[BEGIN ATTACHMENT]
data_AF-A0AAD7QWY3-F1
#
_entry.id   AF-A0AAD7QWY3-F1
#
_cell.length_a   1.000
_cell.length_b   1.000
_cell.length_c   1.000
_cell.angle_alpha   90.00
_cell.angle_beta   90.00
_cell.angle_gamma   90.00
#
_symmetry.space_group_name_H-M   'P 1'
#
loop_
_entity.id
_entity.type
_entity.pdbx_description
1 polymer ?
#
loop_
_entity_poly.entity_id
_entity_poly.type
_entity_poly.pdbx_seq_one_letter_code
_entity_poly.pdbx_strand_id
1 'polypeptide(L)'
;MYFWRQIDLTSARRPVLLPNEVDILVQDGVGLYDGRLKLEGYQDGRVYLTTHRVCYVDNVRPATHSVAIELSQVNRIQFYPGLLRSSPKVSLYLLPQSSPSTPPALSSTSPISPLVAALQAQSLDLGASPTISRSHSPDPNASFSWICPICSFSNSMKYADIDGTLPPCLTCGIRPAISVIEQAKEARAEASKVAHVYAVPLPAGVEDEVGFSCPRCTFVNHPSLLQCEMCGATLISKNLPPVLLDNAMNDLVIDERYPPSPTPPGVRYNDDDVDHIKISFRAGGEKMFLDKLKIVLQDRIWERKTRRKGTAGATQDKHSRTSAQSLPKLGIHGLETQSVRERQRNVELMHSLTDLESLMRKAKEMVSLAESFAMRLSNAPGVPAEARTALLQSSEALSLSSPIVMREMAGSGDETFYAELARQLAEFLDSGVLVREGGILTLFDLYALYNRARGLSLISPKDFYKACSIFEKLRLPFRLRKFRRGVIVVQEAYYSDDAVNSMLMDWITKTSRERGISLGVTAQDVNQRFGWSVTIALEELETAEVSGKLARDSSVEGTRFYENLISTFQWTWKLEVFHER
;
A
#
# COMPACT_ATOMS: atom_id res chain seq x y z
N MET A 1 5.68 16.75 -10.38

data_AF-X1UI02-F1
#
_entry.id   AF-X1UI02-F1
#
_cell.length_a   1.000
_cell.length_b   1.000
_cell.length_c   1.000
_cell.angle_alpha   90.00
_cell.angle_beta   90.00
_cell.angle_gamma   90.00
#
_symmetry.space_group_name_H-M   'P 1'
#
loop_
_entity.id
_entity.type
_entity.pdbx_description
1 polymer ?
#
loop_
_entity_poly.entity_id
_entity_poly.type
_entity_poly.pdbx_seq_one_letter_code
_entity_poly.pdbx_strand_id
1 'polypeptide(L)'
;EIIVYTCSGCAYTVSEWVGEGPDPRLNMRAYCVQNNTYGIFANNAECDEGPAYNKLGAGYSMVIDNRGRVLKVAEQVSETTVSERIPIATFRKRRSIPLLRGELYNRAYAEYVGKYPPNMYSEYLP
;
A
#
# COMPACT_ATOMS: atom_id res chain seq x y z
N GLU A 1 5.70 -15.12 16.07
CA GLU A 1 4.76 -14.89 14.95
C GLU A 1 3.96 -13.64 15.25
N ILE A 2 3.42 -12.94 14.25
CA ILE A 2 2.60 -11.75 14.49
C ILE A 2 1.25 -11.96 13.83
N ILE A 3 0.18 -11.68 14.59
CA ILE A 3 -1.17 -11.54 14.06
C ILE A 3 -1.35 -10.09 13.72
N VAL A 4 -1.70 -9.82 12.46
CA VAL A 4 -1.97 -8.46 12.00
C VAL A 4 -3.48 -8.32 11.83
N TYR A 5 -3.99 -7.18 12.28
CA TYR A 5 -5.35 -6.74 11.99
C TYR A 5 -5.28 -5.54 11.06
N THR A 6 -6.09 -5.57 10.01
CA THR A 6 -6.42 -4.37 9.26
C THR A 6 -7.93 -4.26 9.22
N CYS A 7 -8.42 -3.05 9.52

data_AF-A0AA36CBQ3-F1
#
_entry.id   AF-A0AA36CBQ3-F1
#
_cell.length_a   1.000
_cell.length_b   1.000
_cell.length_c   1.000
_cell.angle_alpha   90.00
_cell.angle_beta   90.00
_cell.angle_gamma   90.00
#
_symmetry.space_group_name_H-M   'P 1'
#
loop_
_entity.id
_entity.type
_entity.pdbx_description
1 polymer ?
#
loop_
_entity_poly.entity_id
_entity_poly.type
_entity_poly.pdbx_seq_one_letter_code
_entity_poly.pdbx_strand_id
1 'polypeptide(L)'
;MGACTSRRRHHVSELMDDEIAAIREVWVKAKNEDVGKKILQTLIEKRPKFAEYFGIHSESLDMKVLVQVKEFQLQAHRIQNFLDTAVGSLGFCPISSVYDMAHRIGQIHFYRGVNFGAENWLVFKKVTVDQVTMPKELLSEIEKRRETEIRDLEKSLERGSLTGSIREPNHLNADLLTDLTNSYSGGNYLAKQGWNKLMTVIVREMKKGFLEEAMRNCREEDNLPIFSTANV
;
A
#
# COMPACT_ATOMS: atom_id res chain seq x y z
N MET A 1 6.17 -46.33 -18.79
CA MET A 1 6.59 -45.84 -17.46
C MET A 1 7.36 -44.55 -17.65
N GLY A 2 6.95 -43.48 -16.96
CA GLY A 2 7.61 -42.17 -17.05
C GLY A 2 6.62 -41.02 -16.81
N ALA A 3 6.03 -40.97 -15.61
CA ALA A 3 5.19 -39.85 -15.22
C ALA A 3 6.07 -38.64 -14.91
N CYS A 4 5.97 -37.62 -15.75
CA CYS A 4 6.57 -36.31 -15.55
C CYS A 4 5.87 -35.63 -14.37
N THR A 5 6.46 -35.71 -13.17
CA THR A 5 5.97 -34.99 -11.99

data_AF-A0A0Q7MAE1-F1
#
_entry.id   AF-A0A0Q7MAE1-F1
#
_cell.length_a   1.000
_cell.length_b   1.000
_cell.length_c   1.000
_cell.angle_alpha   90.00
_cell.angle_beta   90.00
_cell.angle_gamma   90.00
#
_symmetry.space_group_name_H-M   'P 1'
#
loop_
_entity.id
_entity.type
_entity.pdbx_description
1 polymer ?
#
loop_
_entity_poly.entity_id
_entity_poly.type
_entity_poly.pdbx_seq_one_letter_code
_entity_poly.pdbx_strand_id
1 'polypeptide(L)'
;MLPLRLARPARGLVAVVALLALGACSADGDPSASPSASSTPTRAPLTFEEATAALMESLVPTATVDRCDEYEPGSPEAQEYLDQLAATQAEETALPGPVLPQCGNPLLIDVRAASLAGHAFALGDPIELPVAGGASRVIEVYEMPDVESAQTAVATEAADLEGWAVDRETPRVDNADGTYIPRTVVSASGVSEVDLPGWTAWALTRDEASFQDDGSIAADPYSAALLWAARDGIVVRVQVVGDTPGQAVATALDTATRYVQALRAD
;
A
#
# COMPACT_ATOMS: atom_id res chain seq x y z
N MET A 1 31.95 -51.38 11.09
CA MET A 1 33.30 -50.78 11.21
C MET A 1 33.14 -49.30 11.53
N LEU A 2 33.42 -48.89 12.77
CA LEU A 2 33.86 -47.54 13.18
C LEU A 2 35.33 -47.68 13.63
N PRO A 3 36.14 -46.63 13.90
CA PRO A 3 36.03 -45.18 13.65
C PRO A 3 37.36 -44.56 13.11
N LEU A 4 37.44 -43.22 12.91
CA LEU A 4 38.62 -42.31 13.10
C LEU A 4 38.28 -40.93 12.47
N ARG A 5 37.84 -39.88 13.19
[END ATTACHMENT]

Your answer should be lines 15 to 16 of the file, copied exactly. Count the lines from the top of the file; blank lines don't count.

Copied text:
_entity.id
_entity.type